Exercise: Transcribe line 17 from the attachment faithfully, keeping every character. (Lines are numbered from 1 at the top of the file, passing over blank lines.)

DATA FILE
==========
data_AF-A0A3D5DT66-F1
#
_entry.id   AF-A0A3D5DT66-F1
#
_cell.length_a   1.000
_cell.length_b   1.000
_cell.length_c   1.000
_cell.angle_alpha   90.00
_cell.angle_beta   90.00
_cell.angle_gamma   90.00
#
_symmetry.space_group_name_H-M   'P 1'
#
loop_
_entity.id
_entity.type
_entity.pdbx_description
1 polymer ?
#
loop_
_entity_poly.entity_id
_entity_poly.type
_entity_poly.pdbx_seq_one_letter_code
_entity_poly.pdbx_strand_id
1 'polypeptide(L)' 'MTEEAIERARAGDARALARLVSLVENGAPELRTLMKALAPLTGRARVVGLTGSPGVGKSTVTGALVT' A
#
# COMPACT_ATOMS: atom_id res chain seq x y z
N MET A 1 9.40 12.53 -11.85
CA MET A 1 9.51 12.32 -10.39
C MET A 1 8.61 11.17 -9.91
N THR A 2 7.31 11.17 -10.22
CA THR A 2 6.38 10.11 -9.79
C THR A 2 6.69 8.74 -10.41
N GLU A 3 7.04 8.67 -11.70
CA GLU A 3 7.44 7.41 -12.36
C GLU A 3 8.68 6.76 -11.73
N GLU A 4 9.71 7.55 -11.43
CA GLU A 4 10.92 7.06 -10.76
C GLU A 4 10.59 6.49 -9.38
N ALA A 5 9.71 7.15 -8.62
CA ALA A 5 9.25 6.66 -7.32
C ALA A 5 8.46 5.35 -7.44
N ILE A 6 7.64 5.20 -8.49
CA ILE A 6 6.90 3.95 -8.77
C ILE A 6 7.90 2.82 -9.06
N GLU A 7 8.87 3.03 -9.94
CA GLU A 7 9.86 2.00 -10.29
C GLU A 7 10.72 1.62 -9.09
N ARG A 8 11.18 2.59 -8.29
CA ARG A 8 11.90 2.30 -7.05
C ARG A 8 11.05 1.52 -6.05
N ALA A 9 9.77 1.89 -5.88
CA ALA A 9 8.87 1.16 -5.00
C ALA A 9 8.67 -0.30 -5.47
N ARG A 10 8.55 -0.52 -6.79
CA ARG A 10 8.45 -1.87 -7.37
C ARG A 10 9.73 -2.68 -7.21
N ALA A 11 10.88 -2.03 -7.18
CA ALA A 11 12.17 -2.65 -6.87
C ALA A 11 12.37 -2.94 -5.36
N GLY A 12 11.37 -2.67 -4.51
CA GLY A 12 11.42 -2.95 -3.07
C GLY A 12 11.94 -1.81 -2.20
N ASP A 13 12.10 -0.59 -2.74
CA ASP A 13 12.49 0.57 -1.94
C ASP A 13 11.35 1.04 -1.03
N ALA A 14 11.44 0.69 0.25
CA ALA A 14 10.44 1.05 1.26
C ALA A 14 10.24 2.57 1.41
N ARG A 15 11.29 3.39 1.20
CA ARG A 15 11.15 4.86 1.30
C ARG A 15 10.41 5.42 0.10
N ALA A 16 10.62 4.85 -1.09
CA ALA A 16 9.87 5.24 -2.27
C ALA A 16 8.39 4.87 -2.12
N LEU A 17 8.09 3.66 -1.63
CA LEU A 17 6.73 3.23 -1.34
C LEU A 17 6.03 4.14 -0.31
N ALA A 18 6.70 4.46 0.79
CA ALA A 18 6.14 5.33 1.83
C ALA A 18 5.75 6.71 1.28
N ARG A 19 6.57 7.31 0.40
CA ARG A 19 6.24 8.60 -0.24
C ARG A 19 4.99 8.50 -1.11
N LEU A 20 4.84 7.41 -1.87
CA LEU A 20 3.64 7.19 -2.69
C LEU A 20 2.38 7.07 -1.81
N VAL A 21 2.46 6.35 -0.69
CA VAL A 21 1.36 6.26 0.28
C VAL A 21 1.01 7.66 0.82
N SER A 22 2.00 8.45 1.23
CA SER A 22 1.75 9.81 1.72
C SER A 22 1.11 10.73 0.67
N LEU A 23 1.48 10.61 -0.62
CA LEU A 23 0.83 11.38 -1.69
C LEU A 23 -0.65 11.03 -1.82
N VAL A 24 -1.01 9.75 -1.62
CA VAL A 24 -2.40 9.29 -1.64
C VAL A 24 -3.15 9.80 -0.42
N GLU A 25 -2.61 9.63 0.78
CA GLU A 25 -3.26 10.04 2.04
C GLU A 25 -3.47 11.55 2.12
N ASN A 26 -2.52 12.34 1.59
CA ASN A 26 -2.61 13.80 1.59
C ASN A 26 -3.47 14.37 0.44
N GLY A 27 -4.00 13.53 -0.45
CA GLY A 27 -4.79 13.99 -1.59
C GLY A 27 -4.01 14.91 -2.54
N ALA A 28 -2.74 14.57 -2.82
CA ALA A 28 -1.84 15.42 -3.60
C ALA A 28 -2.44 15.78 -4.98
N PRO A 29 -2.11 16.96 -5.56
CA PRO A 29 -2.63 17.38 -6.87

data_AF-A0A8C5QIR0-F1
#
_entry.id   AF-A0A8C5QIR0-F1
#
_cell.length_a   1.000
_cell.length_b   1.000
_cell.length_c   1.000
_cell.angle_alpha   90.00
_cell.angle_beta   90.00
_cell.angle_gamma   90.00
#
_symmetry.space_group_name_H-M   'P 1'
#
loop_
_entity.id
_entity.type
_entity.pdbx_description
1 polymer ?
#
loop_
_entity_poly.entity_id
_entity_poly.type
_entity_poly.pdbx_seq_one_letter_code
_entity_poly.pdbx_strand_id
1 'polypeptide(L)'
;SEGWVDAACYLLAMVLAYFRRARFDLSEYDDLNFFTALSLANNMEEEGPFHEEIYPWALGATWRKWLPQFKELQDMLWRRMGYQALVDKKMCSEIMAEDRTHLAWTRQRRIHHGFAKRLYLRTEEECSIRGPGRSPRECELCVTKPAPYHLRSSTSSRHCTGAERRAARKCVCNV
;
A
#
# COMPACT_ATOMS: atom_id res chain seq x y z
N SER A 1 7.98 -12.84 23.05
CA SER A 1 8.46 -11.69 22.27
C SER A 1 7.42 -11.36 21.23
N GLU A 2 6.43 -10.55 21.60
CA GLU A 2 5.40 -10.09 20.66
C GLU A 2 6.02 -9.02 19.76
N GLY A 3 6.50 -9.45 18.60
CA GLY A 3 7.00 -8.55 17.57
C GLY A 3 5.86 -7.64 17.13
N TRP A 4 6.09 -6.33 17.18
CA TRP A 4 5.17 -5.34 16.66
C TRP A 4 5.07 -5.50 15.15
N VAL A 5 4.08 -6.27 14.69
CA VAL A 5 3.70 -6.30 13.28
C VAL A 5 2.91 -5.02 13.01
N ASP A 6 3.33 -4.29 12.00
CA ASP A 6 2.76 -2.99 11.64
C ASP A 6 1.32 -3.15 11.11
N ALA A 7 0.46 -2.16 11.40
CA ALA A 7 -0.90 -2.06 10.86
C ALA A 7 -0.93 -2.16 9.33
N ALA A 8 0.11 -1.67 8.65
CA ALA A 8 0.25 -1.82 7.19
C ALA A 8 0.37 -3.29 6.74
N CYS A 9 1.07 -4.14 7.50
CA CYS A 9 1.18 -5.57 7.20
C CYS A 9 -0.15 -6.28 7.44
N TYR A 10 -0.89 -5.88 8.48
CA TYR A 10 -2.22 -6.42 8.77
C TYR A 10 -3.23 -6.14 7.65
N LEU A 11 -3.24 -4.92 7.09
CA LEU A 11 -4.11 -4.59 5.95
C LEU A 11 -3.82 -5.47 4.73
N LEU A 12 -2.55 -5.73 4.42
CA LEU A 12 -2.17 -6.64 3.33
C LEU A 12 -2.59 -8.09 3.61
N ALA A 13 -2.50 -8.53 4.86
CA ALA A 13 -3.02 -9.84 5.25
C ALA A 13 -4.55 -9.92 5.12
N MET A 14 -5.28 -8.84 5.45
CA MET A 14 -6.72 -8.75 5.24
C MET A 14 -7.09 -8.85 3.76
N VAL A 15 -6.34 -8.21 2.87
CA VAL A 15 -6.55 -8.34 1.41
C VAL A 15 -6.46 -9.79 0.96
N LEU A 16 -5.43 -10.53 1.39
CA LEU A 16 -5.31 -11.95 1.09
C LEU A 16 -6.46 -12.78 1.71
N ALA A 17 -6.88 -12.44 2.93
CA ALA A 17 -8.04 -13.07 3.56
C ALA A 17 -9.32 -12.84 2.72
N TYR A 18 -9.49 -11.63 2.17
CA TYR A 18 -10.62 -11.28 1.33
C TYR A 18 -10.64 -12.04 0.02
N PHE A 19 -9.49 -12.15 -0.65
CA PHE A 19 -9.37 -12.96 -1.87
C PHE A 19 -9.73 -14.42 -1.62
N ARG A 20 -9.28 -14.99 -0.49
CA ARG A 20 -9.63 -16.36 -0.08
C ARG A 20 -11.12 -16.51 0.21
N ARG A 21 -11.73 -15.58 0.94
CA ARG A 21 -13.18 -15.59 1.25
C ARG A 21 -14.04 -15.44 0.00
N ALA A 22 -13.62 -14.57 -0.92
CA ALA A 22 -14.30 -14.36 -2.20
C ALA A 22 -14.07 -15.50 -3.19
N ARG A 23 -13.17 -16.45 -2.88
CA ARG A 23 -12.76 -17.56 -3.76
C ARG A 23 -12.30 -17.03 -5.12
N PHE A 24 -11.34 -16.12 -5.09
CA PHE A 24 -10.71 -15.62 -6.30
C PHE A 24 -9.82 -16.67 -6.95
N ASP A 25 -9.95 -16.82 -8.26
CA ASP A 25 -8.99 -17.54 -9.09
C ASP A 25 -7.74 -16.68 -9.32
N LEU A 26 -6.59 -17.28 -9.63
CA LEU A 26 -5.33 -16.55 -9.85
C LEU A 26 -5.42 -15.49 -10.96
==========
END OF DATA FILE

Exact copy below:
_entity.pdbx_description